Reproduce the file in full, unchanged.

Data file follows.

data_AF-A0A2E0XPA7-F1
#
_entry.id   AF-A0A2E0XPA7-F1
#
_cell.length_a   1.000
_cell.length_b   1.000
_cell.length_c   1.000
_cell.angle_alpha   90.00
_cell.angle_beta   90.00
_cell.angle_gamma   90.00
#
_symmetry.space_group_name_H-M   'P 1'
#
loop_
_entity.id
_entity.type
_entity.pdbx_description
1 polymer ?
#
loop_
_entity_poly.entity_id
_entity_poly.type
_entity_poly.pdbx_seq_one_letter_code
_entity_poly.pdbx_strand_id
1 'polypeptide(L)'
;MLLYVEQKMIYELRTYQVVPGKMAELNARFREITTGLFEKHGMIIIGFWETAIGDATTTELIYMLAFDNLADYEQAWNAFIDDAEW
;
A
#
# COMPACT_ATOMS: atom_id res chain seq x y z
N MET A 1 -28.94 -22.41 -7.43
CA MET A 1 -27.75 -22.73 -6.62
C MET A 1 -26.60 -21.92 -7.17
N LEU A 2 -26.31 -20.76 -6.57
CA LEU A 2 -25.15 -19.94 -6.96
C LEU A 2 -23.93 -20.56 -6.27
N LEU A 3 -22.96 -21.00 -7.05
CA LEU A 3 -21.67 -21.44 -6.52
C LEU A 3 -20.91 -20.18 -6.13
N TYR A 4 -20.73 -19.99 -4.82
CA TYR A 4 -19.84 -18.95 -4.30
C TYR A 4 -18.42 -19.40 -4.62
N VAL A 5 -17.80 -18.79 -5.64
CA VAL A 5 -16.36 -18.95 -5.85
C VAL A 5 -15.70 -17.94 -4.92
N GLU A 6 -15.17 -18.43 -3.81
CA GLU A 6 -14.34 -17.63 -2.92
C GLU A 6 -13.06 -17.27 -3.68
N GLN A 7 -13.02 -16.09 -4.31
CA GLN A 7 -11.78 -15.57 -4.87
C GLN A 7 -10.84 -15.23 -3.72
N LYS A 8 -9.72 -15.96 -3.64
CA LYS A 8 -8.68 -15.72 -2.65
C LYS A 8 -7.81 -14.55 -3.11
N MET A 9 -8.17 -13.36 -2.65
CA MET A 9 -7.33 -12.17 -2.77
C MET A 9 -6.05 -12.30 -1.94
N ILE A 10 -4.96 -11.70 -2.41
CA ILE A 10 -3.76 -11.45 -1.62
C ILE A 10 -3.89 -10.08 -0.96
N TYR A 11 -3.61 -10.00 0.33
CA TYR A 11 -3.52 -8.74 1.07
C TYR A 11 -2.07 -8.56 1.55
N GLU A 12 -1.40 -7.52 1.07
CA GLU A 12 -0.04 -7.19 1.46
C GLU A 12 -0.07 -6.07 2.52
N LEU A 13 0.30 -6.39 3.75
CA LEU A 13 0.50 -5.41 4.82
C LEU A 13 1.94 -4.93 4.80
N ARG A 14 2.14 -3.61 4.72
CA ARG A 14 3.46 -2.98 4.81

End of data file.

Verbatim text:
data_AF-A0A2E0XPA7-F1
#
_entry.id   AF-A0A2E0XPA7-F1
#
_cell.length_a   1.000
_cell.length_b   1.000
_cell.length_c   1.000
_cell.angle_alpha   90.00
_cell.angle_beta   90.00
_cell.angle_gamma   90.00
#
_symmetry.space_group_name_H-M   'P 1'
#
loop_
_entity.id
_entity.type
_entity.pdbx_description
1 polymer ?
#
loop_
_entity_poly.entity_id
_entity_poly.type
_entity_poly.pdbx_seq_one_letter_code
_entity_poly.pdbx_strand_id
1 'polypeptide(L)'
;MLLYVEQKMIYELRTYQVVPGKMAELNARFREITTGLFEKHGMIIIGFWETAIGDATTTELIYMLAFDNLADYEQAWNAFIDDAEW
;
A
#
# COMPACT_ATOMS: atom_id res chain seq x y z
N MET A 1 -28.94 -22.41 -7.43
CA MET A 1 -27.75 -22.73 -6.62
C MET A 1 -26.60 -21.92 -7.17
N LEU A 2 -26.31 -20.76 -6.57
CA LEU A 2 -25.15 -19.94 -6.96
C LEU A 2 -23.93 -20.56 -6.27
N LEU A 3 -22.96 -21.00 -7.05
CA LEU A 3 -21.67 -21.44 -6.52
C LEU A 3 -20.91 -20.18 -6.13
N TYR A 4 -20.73 -19.99 -4.82
CA TYR A 4 -19.84 -18.95 -4.30
C TYR A 4 -18.42 -19.40 -4.62
N VAL A 5 -17.80 -18.79 -5.64
CA VAL A 5 -16.36 -18.95 -5.85
C VAL A 5 -15.70 -17.94 -4.92
N GLU A 6 -15.17 -18.43 -3.81
CA GLU A 6 -14.34 -17.63 -2.92
C GLU A 6 -13.06 -17.27 -3.68
N GLN A 7 -13.02 -16.09 -4.31
CA GLN A 7 -11.78 -15.57 -4.87
C GLN A 7 -10.84 -15.23 -3.72
N LYS A 8 -9.72 -15.96 -3.64
CA LYS A 8 -8.68 -15.72 -2.65
C LYS A 8 -7.81 -14.55 -3.11
N MET A 9 -8.17 -13.36 -2.65
CA MET A 9 -7.33 -12.17 -2.77
C MET A 9 -6.05 -12.30 -1.94
N ILE A 10 -4.96 -11.70 -2.41
CA ILE A 10 -3.76 -11.45 -1.62
C ILE A 10 -3.89 -10.08 -0.96
N TYR A 11 -3.61 -10.00 0.33
CA TYR A 11 -3.52 -8.74 1.07
C TYR A 11 -2.07 -8.56 1.55
N GLU A 12 -1.40 -7.52 1.07
CA GLU A 12 -0.04 -7.19 1.46
C GLU A 12 -0.07 -6.07 2.52
N LEU A 13 0.30 -6.39 3.75
CA LEU A 13 0.50 -5.41 4.82
C LEU A 13 1.94 -4.93 4.80
N ARG A 14 2.14 -3.61 4.72
CA ARG A 14 3.46 -2.98 4.81